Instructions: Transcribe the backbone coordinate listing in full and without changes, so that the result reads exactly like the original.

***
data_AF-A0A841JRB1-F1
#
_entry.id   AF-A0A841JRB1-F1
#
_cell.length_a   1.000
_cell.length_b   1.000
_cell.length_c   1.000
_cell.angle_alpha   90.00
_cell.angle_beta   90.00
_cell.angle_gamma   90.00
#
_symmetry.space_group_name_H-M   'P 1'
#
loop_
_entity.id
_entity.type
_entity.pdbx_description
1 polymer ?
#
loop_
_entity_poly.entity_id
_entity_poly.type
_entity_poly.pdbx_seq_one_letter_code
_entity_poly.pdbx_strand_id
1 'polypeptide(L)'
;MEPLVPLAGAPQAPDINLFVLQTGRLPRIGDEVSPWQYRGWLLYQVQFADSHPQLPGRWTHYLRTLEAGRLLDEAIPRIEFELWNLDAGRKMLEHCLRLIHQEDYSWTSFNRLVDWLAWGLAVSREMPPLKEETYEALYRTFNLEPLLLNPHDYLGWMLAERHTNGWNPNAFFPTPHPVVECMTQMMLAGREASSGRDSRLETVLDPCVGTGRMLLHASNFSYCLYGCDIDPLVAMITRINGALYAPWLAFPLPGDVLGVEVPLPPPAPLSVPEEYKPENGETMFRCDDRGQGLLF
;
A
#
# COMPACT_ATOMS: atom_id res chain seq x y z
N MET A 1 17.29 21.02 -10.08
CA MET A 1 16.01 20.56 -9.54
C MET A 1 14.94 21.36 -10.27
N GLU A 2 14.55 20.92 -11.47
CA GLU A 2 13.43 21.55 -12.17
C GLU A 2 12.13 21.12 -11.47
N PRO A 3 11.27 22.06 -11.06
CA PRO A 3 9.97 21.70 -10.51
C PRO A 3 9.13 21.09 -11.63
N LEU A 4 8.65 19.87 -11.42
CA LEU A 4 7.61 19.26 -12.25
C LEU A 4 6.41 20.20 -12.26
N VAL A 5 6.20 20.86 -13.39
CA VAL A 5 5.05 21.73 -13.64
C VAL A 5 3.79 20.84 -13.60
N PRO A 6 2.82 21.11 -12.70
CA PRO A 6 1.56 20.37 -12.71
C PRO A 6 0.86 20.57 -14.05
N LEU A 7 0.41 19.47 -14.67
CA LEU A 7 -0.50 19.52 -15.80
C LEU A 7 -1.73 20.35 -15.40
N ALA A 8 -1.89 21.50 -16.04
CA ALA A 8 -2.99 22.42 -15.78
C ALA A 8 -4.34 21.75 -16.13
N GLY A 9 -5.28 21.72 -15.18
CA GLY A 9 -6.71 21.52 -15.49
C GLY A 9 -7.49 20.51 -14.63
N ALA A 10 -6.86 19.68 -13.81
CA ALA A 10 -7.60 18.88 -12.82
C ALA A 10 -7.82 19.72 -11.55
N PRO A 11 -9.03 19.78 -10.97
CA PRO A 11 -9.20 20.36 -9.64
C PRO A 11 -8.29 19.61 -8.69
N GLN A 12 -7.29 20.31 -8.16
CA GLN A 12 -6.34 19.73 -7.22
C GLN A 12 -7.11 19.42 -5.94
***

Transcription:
data_AF-A0A841JRB1-F1
#
_entry.id   AF-A0A841JRB1-F1
#
_cell.length_a   1.000
_cell.length_b   1.000
_cell.length_c   1.000
_cell.angle_alpha   90.00
_cell.angle_beta   90.00
_cell.angle_gamma   90.00
#
_symmetry.space_group_name_H-M   'P 1'
#
loop_
_entity.id
_entity.type
_entity.pdbx_description
1 polymer ?
#
loop_
_entity_poly.entity_id
_entity_poly.type
_entity_poly.pdbx_seq_one_letter_code
_entity_poly.pdbx_strand_id
1 'polypeptide(L)'
;MEPLVPLAGAPQAPDINLFVLQTGRLPRIGDEVSPWQYRGWLLYQVQFADSHPQLPGRWTHYLRTLEAGRLLDEAIPRIEFELWNLDAGRKMLEHCLRLIHQEDYSWTSFNRLVDWLAWGLAVSREMPPLKEETYEALYRTFNLEPLLLNPHDYLGWMLAERHTNGWNPNAFFPTPHPVVECMTQMMLAGREASSGRDSRLETVLDPCVGTGRMLLHASNFSYCLYGCDIDPLVAMITRINGALYAPWLAFPLPGDVLGVEVPLPPPAPLSVPEEYKPENGETMFRCDDRGQGLLF
;
A
#
# COMPACT_ATOMS: atom_id res chain seq x y z
N MET A 1 17.29 21.02 -10.08
CA MET A 1 16.01 20.56 -9.54
C MET A 1 14.94 21.36 -10.27
N GLU A 2 14.55 20.92 -11.47
CA GLU A 2 13.43 21.55 -12.17
C GLU A 2 12.13 21.12 -11.47
N PRO A 3 11.27 22.06 -11.06
CA PRO A 3 9.97 21.70 -10.51
C PRO A 3 9.13 21.09 -11.63
N LEU A 4 8.65 19.87 -11.42
CA LEU A 4 7.61 19.26 -12.25
C LEU A 4 6.41 20.20 -12.26
N VAL A 5 6.20 20.86 -13.39
CA VAL A 5 5.05 21.73 -13.64
C VAL A 5 3.79 20.84 -13.60
N PRO A 6 2.82 21.11 -12.70
CA PRO A 6 1.56 20.37 -12.71
C PRO A 6 0.86 20.57 -14.05
N LEU A 7 0.41 19.47 -14.67
CA LEU A 7 -0.50 19.52 -15.80
C LEU A 7 -1.73 20.35 -15.40
N ALA A 8 -1.89 21.50 -16.04
CA ALA A 8 -2.99 22.42 -15.78
C ALA A 8 -4.34 21.75 -16.13
N GLY A 9 -5.28 21.72 -15.18
CA GLY A 9 -6.71 21.52 -15.49
C GLY A 9 -7.49 20.51 -14.63
N ALA A 10 -6.86 19.68 -13.81
CA ALA A 10 -7.60 18.88 -12.82
C ALA A 10 -7.82 19.72 -11.55
N PRO A 11 -9.03 19.78 -10.97
CA PRO A 11 -9.20 20.36 -9.64
C PRO A 11 -8.29 19.61 -8.69
N GLN A 12 -7.29 20.31 -8.16
CA GLN A 12 -6.34 19.73 -7.22
C GLN A 12 -7.11 19.42 -5.94